Comments: Arizona Walnut is common in southwestern United States deserts where it is found along streams commonly with Fremont Cottonwood (Populus fremontii), Goodding's Willow, Salix gooddingii and Arizona Sycamore (Platanus wrightii).

Arizona Walnut provides important habitat and food for wildlife species including squirrels, birds and other wildlife readily eat the nuts. It is believed that squirrels in the southwest eat the nuts immediately and do not cache the fruit as other squirrels are known to do. The preferred habitat for Arizona Walnut is medium to high desert riparian communities which is an important community for a multitude of breeding birds. Acorn woodpeckers, cavity nester's, use select branches and trunks of Arizona Walnut for breeding purposes. This species is not desirable for livestock browsing in southeastern Arizona riparian areas. For a comprehensive thoroughly documented review of Arizona Walnut, Juglans major see the USDA USFS Fire Effects Information System, or FEIS.

According to the Native Plant Information Network, although in limited supply, the wood of this Walnut tree is used for furniture and gun stocks. The tree produces small walnuts which are known as "nogales".

Juglans major has been used for food, dyes and other purposes southwestern United States indigenous peoples.

  • Apache, Chiricahua & Mescalero Food, Winter Use Food; Nut meats mixed with mesquite gravy or ground with roasted mescal and stored.
  • Apache, Mescalero Fiber, Building Material; Trees used to construct dome shaped lodges when away from home.
  • Apache, Mescalero Food, Unspecified; Nut meats mixed with mescal, datil, sotol or mesquite and used for food.
  • Apache, Mescalero Other, Paint; Outer shell coverings soaked in water to make a black paint.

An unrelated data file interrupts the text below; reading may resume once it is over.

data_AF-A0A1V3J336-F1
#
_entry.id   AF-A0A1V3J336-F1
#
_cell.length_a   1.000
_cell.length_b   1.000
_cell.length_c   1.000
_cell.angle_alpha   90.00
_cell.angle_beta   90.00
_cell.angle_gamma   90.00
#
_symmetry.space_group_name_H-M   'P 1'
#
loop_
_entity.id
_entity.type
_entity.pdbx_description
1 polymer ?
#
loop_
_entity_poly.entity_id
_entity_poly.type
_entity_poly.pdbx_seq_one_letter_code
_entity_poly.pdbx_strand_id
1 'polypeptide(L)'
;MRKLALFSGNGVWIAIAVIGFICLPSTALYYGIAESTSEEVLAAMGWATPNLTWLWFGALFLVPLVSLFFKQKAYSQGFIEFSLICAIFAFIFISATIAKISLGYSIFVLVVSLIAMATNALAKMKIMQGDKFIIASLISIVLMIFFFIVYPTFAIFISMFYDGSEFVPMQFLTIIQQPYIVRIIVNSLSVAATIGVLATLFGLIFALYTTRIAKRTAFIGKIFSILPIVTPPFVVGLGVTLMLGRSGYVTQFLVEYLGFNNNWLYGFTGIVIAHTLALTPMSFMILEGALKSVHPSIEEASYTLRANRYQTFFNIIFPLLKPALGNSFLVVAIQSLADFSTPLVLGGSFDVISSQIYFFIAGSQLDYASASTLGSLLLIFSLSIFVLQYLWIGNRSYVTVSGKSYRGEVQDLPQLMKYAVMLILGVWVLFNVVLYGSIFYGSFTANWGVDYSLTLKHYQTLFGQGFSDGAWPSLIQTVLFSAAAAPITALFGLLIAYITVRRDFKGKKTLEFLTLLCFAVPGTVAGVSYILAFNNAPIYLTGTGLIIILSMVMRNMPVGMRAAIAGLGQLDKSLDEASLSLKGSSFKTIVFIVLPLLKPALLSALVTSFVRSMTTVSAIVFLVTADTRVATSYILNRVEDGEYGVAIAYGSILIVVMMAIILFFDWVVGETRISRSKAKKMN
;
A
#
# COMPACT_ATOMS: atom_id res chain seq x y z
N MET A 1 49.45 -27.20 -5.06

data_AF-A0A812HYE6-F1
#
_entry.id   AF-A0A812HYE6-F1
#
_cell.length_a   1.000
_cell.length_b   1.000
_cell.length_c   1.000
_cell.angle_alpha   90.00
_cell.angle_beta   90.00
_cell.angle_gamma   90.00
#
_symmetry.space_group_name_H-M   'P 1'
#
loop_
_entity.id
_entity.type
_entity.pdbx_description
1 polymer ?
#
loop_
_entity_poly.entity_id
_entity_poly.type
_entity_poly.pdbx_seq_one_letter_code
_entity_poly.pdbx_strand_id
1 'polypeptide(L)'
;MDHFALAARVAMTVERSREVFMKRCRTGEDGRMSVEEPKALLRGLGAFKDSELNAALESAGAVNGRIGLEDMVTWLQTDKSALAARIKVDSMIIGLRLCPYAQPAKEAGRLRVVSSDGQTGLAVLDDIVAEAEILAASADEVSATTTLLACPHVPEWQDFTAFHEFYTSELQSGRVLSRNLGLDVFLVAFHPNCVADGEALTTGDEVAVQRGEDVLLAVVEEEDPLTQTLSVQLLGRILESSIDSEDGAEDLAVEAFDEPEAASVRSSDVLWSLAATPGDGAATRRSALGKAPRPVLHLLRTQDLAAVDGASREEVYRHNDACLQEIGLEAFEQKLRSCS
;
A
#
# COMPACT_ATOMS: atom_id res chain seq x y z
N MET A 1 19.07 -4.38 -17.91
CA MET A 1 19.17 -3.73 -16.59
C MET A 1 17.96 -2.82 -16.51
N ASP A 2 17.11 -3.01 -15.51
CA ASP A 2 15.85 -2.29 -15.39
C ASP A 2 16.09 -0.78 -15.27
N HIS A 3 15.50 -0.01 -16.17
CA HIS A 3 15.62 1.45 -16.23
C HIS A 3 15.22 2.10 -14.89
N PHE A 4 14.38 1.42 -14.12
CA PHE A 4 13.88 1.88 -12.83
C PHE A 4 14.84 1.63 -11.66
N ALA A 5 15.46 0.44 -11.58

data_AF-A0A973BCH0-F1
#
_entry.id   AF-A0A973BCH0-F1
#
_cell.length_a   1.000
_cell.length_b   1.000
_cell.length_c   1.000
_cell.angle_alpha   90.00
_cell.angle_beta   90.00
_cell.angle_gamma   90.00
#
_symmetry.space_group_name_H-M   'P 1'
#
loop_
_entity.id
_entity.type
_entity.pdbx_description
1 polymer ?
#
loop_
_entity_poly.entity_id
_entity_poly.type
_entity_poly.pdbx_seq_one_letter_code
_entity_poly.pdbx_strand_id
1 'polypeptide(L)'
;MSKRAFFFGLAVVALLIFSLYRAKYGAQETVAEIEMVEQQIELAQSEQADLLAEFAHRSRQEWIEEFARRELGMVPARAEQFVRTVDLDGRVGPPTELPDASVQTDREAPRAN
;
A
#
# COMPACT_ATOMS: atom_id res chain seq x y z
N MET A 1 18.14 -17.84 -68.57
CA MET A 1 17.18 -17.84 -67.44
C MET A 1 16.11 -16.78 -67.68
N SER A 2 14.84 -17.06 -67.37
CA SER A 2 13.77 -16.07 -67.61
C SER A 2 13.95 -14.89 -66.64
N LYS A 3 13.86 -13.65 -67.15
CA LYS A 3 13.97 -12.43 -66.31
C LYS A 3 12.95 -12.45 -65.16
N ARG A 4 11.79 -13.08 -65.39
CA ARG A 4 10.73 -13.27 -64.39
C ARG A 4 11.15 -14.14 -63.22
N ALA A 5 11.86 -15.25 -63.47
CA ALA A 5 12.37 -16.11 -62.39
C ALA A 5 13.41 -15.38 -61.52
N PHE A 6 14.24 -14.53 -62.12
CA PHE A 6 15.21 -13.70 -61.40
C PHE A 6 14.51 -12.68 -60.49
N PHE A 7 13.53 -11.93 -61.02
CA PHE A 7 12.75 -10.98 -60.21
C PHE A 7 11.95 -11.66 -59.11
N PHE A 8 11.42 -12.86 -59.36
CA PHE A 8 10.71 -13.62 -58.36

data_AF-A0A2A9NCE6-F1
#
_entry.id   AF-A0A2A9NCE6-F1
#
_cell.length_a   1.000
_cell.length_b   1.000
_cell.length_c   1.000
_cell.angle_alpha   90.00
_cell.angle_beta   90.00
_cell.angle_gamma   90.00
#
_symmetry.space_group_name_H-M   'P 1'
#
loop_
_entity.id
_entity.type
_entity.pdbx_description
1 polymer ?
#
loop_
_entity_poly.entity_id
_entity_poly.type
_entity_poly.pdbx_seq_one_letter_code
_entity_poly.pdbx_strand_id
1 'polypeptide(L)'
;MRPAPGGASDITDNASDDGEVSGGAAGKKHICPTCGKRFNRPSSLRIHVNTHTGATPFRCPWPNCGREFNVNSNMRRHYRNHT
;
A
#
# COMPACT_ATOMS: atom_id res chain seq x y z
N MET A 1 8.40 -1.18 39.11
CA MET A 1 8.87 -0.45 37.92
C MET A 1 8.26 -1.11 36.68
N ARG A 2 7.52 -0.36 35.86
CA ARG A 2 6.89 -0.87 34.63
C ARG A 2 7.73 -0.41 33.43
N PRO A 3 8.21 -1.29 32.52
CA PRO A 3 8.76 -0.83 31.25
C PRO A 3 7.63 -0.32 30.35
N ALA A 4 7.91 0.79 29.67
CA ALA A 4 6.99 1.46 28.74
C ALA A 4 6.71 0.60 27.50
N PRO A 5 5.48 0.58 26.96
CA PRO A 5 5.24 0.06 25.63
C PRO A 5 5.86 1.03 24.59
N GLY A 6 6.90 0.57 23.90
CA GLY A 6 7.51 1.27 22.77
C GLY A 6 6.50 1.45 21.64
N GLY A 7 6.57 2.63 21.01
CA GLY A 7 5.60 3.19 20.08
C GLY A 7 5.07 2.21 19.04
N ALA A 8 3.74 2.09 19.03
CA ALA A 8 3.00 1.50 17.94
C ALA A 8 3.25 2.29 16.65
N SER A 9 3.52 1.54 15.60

• Hualapai Dye, Unspecified; Nut shells boiled and used as a dye.
  • Yavapai Food, Beverage; Decoction of pulverized nut juice dipped up and sucked.
  • Yavapai Food, Beverage; Meat pulverized in mescal syrup and used as a beverage.
  • Yavapai Food, Winter Use Food; Nuts stored for later use.

  • See complete listing of ethno-botanical uses at Native American Ethnobotany, University of Michigan, Dearborn.

    Date Profile Completed: 06/06/2017
    References:
    Arizona Flora, Kearney, Thomas H., Peebles, Robert H., 1960, University of California Press, Berkley and Los Angeles, California.
    U.S. Dept. of Agriculture, Natural Resources Conservation Service on-line database and USGS ITIS search - (accessed 06/06/2017)
    https://plants.usda.gov/checklist.html
    The Plant List (2013). Version 1.1. Published on the Internet; http://www.theplantlist.org/ (accessed 06/06/2017).
    http://www.theplantlist.org/1.1/browse/A/Juglandaceae/Juglans/
    Native Plant Information Network, NPIN (2013). Published on the Internet http://www.wildflower.org/plants/ [accessed: 06/06/2017]. Lady Bird Johnson Wildflower Center at The University of Texas, Austin, TX.
    http://www.wildflower.org/plants/result.php?id_plant=JUMA
    Alan T. Whittemore & Donald E. Stone FNA | FNA | Family List | FNA Vol. 3 | Juglandaceae | Juglans; 3a. Juglans major var. major; Flora of North America Editorial Committee, eds. 1993+. Flora of North America North of Mexico. 16+ vols. New York and Oxford.
    SEINet synonyms, scientific names, geographic locations, general information - (accessed 06/06/2017).
    http://swbiodiversity.org/seinet/